According to the indicator, prices actually declined 0.3% from December to January.

Underlying inflation, excluding volatile components of the CPI basket like groceries and fuel, was 4.1%, down from 4.2% in December.

Inflation remains at the lowest level since November 2021, and this latest read was below expectations, with the market consensus that prices rose 3.6% through the year.

These results will likely reinforce the current position of the RBA, which is that inflation is on track to hit target levels in 2026, but Senior NAB Economist Taylor Nugent says Michele Bullock and the Board should not read too much into the monthly numbers.

"We think there is more potential for noise than signal out of the January number, with travel again the swing factor, particularly given summer seasonality," he said.

Prices for holiday travel and accommodation fell 5.1% compared to December.

Michele Bullock has made it clear the RBA feel service price inflation is likely to prove more persistent than, and the prices of several services continue to increase.

The cost of rent has risen 0.7% since December, while electricity was up 0.9%.

Insurance and financial services prices were unchanged, but are still 8.2% higher than January last year.

Once again though, the board are likely to reserve judgement until more data comes in.

"The RBA will have to wait until February data (on 27 March) and the full Q1 CPI on 24 April for greater services coverage," Mr Nugent said.

Wages the next problem?

For the first time in almost three years, the December Wage Price Index (WPI) came in above the quarterly CPI increase.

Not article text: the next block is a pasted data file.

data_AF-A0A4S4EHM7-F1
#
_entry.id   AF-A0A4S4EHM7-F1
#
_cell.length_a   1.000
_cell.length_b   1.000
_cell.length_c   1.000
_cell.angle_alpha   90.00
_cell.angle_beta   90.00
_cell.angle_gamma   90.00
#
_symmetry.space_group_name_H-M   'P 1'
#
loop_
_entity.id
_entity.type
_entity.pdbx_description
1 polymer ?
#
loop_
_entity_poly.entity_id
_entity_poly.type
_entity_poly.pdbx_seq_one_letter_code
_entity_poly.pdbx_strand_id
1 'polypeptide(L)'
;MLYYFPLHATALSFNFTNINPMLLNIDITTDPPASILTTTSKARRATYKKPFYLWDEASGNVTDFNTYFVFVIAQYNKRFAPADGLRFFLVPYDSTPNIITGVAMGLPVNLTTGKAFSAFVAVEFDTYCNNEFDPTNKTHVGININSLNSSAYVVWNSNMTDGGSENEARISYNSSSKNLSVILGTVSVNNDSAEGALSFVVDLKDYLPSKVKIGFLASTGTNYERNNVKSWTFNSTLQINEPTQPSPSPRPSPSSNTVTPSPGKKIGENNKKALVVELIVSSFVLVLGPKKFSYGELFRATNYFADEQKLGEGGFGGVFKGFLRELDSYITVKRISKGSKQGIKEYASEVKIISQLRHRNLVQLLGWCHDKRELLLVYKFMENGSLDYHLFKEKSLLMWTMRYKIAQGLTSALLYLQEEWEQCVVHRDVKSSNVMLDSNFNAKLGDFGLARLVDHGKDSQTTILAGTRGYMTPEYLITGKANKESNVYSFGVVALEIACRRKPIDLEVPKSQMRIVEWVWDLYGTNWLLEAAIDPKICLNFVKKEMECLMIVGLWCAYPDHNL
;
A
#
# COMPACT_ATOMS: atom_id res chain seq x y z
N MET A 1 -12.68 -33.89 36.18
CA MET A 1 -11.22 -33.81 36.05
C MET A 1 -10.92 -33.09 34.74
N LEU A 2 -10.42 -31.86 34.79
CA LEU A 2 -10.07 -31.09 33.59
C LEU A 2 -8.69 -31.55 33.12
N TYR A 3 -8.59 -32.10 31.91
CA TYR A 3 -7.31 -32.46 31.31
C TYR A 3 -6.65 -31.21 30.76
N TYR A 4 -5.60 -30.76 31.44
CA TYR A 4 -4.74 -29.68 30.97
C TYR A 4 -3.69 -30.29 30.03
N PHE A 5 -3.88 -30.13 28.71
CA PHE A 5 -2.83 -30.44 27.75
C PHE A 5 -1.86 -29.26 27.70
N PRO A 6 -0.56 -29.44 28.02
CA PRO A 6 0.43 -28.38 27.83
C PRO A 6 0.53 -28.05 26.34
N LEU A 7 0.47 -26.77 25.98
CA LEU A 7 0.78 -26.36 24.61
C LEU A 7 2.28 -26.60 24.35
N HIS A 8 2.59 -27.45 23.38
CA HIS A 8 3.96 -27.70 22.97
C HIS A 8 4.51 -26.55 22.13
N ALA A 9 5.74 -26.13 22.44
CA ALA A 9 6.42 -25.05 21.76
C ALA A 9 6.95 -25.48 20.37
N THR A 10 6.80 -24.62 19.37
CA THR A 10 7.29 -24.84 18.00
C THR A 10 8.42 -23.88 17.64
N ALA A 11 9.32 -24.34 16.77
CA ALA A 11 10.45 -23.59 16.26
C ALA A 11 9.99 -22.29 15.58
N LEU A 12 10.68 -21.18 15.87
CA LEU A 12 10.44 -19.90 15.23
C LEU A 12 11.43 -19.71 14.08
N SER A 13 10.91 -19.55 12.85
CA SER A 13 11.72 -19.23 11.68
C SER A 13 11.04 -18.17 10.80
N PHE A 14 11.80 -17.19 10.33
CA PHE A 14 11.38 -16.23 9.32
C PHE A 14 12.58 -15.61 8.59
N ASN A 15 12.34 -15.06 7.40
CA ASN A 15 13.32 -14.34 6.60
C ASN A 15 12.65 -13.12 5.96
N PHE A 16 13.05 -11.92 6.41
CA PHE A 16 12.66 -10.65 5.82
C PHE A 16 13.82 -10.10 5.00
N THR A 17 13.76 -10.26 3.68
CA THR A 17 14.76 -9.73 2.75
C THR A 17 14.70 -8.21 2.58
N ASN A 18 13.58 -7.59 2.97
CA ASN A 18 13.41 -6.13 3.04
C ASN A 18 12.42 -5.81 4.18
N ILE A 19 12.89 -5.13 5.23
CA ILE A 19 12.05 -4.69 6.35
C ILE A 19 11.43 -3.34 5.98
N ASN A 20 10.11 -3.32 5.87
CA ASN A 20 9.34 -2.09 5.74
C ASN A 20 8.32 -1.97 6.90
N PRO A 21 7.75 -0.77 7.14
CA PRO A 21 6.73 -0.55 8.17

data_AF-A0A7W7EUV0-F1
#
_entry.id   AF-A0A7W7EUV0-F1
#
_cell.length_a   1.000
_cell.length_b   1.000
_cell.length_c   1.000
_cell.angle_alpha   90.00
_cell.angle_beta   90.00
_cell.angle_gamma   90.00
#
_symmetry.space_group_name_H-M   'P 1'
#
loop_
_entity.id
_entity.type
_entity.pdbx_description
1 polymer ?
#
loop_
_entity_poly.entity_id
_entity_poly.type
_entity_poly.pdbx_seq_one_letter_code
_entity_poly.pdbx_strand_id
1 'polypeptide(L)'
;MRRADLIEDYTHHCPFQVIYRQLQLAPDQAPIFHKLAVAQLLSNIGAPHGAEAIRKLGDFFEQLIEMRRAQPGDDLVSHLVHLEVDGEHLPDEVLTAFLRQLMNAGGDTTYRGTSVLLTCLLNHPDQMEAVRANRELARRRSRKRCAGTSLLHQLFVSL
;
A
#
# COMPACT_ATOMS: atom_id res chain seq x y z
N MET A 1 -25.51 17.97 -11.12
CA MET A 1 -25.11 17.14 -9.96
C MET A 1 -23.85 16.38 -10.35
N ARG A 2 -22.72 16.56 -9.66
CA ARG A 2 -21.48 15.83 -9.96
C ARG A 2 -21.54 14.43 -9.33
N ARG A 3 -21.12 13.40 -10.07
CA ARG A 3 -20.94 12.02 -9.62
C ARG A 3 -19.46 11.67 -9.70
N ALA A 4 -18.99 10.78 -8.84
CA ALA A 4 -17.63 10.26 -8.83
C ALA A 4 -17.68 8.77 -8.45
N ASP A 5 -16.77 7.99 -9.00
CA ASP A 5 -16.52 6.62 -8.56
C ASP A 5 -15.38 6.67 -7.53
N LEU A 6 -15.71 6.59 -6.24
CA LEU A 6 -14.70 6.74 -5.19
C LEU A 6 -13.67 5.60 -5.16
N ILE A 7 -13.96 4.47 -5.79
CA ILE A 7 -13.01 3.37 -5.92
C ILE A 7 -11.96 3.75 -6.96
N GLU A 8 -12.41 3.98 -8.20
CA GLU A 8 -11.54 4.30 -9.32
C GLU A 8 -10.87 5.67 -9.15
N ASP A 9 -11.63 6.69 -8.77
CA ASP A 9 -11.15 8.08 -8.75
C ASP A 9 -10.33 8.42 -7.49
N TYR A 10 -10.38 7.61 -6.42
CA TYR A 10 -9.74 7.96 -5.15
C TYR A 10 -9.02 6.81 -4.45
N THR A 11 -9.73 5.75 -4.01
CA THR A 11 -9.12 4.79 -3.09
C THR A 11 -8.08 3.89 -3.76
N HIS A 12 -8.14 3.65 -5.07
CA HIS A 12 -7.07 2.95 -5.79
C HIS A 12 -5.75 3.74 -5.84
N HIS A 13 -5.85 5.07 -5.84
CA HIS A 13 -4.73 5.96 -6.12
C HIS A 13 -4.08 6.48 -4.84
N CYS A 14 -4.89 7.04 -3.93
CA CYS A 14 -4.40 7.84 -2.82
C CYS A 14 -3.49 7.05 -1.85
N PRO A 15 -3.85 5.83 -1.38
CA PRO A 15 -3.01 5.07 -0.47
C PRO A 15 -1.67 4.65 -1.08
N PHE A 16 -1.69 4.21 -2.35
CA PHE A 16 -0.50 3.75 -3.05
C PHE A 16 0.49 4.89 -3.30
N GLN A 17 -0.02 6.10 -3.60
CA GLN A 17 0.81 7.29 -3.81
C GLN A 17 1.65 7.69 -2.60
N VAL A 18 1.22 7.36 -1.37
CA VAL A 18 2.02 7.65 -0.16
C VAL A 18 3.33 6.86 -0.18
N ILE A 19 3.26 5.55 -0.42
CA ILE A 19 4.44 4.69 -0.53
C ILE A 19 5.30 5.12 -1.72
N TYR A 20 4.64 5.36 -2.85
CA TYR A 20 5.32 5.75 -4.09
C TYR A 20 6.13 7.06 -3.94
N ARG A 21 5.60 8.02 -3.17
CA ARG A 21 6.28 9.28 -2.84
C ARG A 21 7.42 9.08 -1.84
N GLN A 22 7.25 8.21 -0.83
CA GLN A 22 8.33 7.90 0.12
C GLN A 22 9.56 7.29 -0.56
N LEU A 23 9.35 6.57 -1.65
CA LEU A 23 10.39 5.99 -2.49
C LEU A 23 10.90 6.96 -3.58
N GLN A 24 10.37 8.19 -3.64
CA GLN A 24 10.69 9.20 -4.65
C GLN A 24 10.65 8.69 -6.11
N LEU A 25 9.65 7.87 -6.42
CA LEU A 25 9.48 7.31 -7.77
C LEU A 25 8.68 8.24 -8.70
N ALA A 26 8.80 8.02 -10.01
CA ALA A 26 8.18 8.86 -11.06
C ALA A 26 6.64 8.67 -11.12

Wages are now growing faster than inflation, in what for many who have been struggling with the elevated cost of living is an extremely welcome development.

However, according to confidential analysis from the Treasury, obtained by the Australian Financial Review, these pay rises have now overtaken import costs and supply chain problems as the primary driver of price rises in Australia.

Big companies like Coles, Woolworths and Qantas have been coming under fire from bodies like the ACTU, accused of causing "sellers inflation" by price gouging, but this analysis points the finger instead at wages.

One of the assumptions underlying inflation moderating per RBA modelling is for labour productivity, which has declined over the past couple of years, to increase.

This is basically a measure of how much it costs in labour to produce outputs like goods and services, so if wages go up without productivity improving, it tends to drive up prices.

However, the position of the RBA and Michelle Bullock remains that as the labour market loosens, wage pressure will ease.

The unemployment rate was above 4% in January, the first time since January 2022.

Read more: Treasury say wages growth is driving inflation

Picture by kupicoo on Unsplash

Ready, Set, Buy!

Learn everything you need to know about buying property – from choosing the right property and home loan, to the purchasing process, tips to save money and more!

With bonus Q&A sheet and Crossword!

By subscribing you agree to our privacy policy